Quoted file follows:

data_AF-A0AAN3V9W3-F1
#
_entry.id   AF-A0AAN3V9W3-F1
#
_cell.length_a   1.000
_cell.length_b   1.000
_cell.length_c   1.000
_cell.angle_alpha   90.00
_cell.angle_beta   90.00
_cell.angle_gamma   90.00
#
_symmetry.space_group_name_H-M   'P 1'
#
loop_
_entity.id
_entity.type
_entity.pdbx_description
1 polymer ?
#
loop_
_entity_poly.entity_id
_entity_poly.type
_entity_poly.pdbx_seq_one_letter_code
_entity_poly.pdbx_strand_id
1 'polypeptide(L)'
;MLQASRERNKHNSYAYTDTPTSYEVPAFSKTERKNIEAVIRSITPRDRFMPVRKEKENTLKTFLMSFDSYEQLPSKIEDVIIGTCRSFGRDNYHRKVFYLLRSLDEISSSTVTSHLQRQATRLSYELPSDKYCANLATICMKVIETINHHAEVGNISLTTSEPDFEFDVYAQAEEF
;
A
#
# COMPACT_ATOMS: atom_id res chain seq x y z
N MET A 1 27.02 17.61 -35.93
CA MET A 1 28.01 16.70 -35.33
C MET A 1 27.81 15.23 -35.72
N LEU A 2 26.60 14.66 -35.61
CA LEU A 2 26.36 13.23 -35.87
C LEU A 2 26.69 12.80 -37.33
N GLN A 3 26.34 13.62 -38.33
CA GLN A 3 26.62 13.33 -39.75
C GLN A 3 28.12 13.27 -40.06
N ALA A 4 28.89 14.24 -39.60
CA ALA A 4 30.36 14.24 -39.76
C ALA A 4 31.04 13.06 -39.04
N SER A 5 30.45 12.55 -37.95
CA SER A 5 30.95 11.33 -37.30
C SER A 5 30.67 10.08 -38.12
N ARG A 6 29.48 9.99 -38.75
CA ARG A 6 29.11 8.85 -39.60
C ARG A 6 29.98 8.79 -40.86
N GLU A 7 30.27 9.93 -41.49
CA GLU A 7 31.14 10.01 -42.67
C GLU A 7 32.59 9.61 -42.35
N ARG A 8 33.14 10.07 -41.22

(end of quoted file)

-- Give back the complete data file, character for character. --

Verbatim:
data_AF-A0AAN3V9W3-F1
#
_entry.id   AF-A0AAN3V9W3-F1
#
_cell.length_a   1.000
_cell.length_b   1.000
_cell.length_c   1.000
_cell.angle_alpha   90.00
_cell.angle_beta   90.00
_cell.angle_gamma   90.00
#
_symmetry.space_group_name_H-M   'P 1'
#
loop_
_entity.id
_entity.type
_entity.pdbx_description
1 polymer ?
#
loop_
_entity_poly.entity_id
_entity_poly.type
_entity_poly.pdbx_seq_one_letter_code
_entity_poly.pdbx_strand_id
1 'polypeptide(L)'
;MLQASRERNKHNSYAYTDTPTSYEVPAFSKTERKNIEAVIRSITPRDRFMPVRKEKENTLKTFLMSFDSYEQLPSKIEDVIIGTCRSFGRDNYHRKVFYLLRSLDEISSSTVTSHLQRQATRLSYELPSDKYCANLATICMKVIETINHHAEVGNISLTTSEPDFEFDVYAQAEEF
;
A
#
# COMPACT_ATOMS: atom_id res chain seq x y z
N MET A 1 27.02 17.61 -35.93
CA MET A 1 28.01 16.70 -35.33
C MET A 1 27.81 15.23 -35.72
N LEU A 2 26.60 14.66 -35.61
CA LEU A 2 26.36 13.23 -35.87
C LEU A 2 26.69 12.80 -37.33
N GLN A 3 26.34 13.62 -38.33
CA GLN A 3 26.62 13.33 -39.75
C GLN A 3 28.12 13.27 -40.06
N ALA A 4 28.89 14.24 -39.60
CA ALA A 4 30.36 14.24 -39.76
C ALA A 4 31.04 13.06 -39.04
N SER A 5 30.45 12.55 -37.95
CA SER A 5 30.95 11.33 -37.30
C SER A 5 30.67 10.08 -38.12
N ARG A 6 29.48 9.99 -38.75
CA ARG A 6 29.11 8.85 -39.60
C ARG A 6 29.98 8.79 -40.86
N GLU A 7 30.27 9.93 -41.49
CA GLU A 7 31.14 10.01 -42.67
C GLU A 7 32.59 9.61 -42.35
N ARG A 8 33.14 10.07 -41.22